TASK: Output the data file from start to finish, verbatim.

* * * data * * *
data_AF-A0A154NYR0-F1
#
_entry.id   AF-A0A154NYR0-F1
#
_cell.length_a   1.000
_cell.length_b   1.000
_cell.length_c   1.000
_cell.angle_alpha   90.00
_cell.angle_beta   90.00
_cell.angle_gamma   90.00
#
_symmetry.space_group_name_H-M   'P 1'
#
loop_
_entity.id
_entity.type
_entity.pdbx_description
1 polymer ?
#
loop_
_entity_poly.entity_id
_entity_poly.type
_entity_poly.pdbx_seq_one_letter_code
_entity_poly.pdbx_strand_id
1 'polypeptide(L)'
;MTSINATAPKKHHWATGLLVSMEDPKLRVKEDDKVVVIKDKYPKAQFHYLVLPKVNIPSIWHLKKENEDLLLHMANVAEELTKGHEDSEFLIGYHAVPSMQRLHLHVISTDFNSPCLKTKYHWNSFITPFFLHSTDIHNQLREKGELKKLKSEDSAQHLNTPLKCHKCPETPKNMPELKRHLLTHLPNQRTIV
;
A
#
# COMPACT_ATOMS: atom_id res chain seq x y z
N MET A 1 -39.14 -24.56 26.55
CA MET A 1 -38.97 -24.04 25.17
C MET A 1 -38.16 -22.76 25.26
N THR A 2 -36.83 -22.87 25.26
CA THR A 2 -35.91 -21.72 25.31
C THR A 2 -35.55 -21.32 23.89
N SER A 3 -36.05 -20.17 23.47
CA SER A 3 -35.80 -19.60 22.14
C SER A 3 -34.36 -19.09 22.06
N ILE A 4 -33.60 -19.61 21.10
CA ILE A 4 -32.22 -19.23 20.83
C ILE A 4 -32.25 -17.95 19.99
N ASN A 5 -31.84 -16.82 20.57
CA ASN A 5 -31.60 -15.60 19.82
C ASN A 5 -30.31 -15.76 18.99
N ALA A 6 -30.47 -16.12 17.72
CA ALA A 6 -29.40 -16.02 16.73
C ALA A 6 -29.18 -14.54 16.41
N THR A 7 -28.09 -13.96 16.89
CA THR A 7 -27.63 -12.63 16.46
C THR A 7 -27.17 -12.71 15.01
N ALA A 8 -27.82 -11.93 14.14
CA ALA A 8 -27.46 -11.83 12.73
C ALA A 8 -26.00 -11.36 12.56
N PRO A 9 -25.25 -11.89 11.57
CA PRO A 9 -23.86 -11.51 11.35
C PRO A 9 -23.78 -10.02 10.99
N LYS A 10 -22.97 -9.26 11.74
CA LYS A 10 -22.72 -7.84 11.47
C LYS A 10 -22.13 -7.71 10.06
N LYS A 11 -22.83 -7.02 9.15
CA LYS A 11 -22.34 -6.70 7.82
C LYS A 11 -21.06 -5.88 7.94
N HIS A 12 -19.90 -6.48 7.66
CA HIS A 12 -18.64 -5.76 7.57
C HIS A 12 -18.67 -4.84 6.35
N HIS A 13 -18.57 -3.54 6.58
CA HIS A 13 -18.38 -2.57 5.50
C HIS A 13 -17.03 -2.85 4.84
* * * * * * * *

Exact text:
data_AF-A0A154NYR0-F1
#
_entry.id   AF-A0A154NYR0-F1
#
_cell.length_a   1.000
_cell.length_b   1.000
_cell.length_c   1.000
_cell.angle_alpha   90.00
_cell.angle_beta   90.00
_cell.angle_gamma   90.00
#
_symmetry.space_group_name_H-M   'P 1'
#
loop_
_entity.id
_entity.type
_entity.pdbx_description
1 polymer ?
#
loop_
_entity_poly.entity_id
_entity_poly.type
_entity_poly.pdbx_seq_one_letter_code
_entity_poly.pdbx_strand_id
1 'polypeptide(L)'
;MTSINATAPKKHHWATGLLVSMEDPKLRVKEDDKVVVIKDKYPKAQFHYLVLPKVNIPSIWHLKKENEDLLLHMANVAEELTKGHEDSEFLIGYHAVPSMQRLHLHVISTDFNSPCLKTKYHWNSFITPFFLHSTDIHNQLREKGELKKLKSEDSAQHLNTPLKCHKCPETPKNMPELKRHLLTHLPNQRTIV
;
A
#
# COMPACT_ATOMS: atom_id res chain seq x y z
N MET A 1 -39.14 -24.56 26.55
CA MET A 1 -38.97 -24.04 25.17
C MET A 1 -38.16 -22.76 25.26
N THR A 2 -36.83 -22.87 25.26
CA THR A 2 -35.91 -21.72 25.31
C THR A 2 -35.55 -21.32 23.89
N SER A 3 -36.05 -20.17 23.47
CA SER A 3 -35.80 -19.60 22.14
C SER A 3 -34.36 -19.09 22.06
N ILE A 4 -33.60 -19.61 21.10
CA ILE A 4 -32.22 -19.23 20.83
C ILE A 4 -32.25 -17.95 19.99
N ASN A 5 -31.84 -16.82 20.57
CA ASN A 5 -31.60 -15.60 19.82
C ASN A 5 -30.31 -15.76 18.99
N ALA A 6 -30.47 -16.12 17.72
CA ALA A 6 -29.40 -16.02 16.73
C ALA A 6 -29.18 -14.54 16.41
N THR A 7 -28.09 -13.96 16.89
CA THR A 7 -27.63 -12.63 16.46
C THR A 7 -27.17 -12.71 15.01
N ALA A 8 -27.82 -11.93 14.14
CA ALA A 8 -27.46 -11.83 12.73
C ALA A 8 -26.00 -11.36 12.56
N PRO A 9 -25.25 -11.89 11.57
CA PRO A 9 -23.86 -11.51 11.35
C PRO A 9 -23.78 -10.02 10.99
N LYS A 10 -22.97 -9.26 11.74
CA LYS A 10 -22.72 -7.84 11.47
C LYS A 10 -22.13 -7.71 10.06
N LYS A 11 -22.83 -7.02 9.15
CA LYS A 11 -22.34 -6.70 7.82
C LYS A 11 -21.06 -5.88 7.94
N HIS A 12 -19.90 -6.48 7.66
CA HIS A 12 -18.64 -5.76 7.57
C HIS A 12 -18.67 -4.84 6.35
N HIS A 13 -18.57 -3.54 6.58
CA HIS A 13 -18.38 -2.57 5.50
C HIS A 13 -17.03 -2.85 4.84